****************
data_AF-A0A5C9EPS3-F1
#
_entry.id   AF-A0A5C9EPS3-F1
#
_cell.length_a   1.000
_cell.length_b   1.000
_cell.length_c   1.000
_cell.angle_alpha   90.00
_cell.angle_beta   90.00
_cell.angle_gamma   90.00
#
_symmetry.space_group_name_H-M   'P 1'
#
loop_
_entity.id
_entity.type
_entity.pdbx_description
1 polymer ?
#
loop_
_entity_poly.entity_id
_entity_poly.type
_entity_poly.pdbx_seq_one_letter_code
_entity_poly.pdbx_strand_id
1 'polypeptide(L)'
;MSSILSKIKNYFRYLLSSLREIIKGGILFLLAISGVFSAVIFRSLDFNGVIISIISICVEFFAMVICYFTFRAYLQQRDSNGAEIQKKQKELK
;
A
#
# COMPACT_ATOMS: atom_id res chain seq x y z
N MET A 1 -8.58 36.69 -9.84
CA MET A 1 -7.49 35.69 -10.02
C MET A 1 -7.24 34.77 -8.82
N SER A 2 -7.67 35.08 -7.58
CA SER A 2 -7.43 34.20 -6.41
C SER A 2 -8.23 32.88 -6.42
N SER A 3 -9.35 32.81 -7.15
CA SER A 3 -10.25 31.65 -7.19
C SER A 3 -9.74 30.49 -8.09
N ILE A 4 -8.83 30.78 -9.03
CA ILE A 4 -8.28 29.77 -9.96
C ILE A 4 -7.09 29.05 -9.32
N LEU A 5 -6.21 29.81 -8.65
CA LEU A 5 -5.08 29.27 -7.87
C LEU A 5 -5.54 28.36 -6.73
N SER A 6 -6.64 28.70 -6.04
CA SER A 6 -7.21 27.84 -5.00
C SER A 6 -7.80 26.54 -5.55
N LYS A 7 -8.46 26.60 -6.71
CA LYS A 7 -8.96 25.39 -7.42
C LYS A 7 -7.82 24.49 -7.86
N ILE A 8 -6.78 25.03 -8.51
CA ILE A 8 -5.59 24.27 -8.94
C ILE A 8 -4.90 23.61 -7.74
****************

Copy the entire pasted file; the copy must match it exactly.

data_AF-A0A5C9EPS3-F1
#
_entry.id   AF-A0A5C9EPS3-F1
#
_cell.length_a   1.000
_cell.length_b   1.000
_cell.length_c   1.000
_cell.angle_alpha   90.00
_cell.angle_beta   90.00
_cell.angle_gamma   90.00
#
_symmetry.space_group_name_H-M   'P 1'
#
loop_
_entity.id
_entity.type
_entity.pdbx_description
1 polymer ?
#
loop_
_entity_poly.entity_id
_entity_poly.type
_entity_poly.pdbx_seq_one_letter_code
_entity_poly.pdbx_strand_id
1 'polypeptide(L)'
;MSSILSKIKNYFRYLLSSLREIIKGGILFLLAISGVFSAVIFRSLDFNGVIISIISICVEFFAMVICYFTFRAYLQQRDSNGAEIQKKQKELK
;
A
#
# COMPACT_ATOMS: atom_id res chain seq x y z
N MET A 1 -8.58 36.69 -9.84
CA MET A 1 -7.49 35.69 -10.02
C MET A 1 -7.24 34.77 -8.82
N SER A 2 -7.67 35.08 -7.58
CA SER A 2 -7.43 34.20 -6.41
C SER A 2 -8.23 32.88 -6.42
N SER A 3 -9.35 32.81 -7.15
CA SER A 3 -10.25 31.65 -7.19
C SER A 3 -9.74 30.49 -8.09
N ILE A 4 -8.83 30.78 -9.03
CA ILE A 4 -8.28 29.77 -9.96
C ILE A 4 -7.09 29.05 -9.32
N LEU A 5 -6.21 29.81 -8.65
CA LEU A 5 -5.08 29.27 -7.87
C LEU A 5 -5.54 28.36 -6.73
N SER A 6 -6.64 28.70 -6.04
CA SER A 6 -7.21 27.84 -5.00
C SER A 6 -7.80 26.54 -5.55
N LYS A 7 -8.46 26.60 -6.71
CA LYS A 7 -8.96 25.39 -7.42
C LYS A 7 -7.82 24.49 -7.86
N ILE A 8 -6.78 25.03 -8.51
CA ILE A 8 -5.59 24.27 -8.94
C ILE A 8 -4.90 23.61 -7.74